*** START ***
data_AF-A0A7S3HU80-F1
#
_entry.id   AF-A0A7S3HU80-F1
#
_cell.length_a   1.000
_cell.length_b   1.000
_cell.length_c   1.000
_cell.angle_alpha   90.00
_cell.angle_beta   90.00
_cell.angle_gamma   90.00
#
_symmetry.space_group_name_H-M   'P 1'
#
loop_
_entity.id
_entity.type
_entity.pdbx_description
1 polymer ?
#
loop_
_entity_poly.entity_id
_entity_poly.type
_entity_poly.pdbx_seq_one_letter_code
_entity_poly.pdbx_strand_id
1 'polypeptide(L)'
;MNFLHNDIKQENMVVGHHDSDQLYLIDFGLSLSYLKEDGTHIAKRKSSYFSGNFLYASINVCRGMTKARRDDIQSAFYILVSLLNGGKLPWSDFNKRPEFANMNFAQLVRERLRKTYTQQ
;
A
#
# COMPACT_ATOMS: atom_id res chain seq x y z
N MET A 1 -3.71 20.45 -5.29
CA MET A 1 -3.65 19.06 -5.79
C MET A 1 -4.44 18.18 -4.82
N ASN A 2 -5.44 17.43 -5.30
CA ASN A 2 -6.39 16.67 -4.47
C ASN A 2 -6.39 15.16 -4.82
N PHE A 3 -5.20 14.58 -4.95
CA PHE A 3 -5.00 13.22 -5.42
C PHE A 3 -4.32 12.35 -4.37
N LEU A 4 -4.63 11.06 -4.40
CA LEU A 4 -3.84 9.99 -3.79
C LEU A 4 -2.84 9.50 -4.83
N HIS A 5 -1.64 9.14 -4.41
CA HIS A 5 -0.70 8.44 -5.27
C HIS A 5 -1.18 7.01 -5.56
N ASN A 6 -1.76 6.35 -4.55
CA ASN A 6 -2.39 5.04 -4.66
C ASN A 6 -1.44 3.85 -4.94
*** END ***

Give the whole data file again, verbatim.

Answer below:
data_AF-A0A7S3HU80-F1
#
_entry.id   AF-A0A7S3HU80-F1
#
_cell.length_a   1.000
_cell.length_b   1.000
_cell.length_c   1.000
_cell.angle_alpha   90.00
_cell.angle_beta   90.00
_cell.angle_gamma   90.00
#
_symmetry.space_group_name_H-M   'P 1'
#
loop_
_entity.id
_entity.type
_entity.pdbx_description
1 polymer ?
#
loop_
_entity_poly.entity_id
_entity_poly.type
_entity_poly.pdbx_seq_one_letter_code
_entity_poly.pdbx_strand_id
1 'polypeptide(L)'
;MNFLHNDIKQENMVVGHHDSDQLYLIDFGLSLSYLKEDGTHIAKRKSSYFSGNFLYASINVCRGMTKARRDDIQSAFYILVSLLNGGKLPWSDFNKRPEFANMNFAQLVRERLRKTYTQQ
;
A
#
# COMPACT_ATOMS: atom_id res chain seq x y z
N MET A 1 -3.71 20.45 -5.29
CA MET A 1 -3.65 19.06 -5.79
C MET A 1 -4.44 18.18 -4.82
N ASN A 2 -5.44 17.43 -5.30
CA ASN A 2 -6.39 16.67 -4.47
C ASN A 2 -6.39 15.16 -4.82
N PHE A 3 -5.20 14.58 -4.95
CA PHE A 3 -5.00 13.22 -5.42
C PHE A 3 -4.32 12.35 -4.37
N LEU A 4 -4.63 11.06 -4.40
CA LEU A 4 -3.84 9.99 -3.79
C LEU A 4 -2.84 9.50 -4.83
N HIS A 5 -1.64 9.14 -4.41
CA HIS A 5 -0.70 8.44 -5.27
C HIS A 5 -1.18 7.01 -5.56
N ASN A 6 -1.76 6.35 -4.55
CA ASN A 6 -2.39 5.04 -4.66
C ASN A 6 -1.44 3.85 -4.94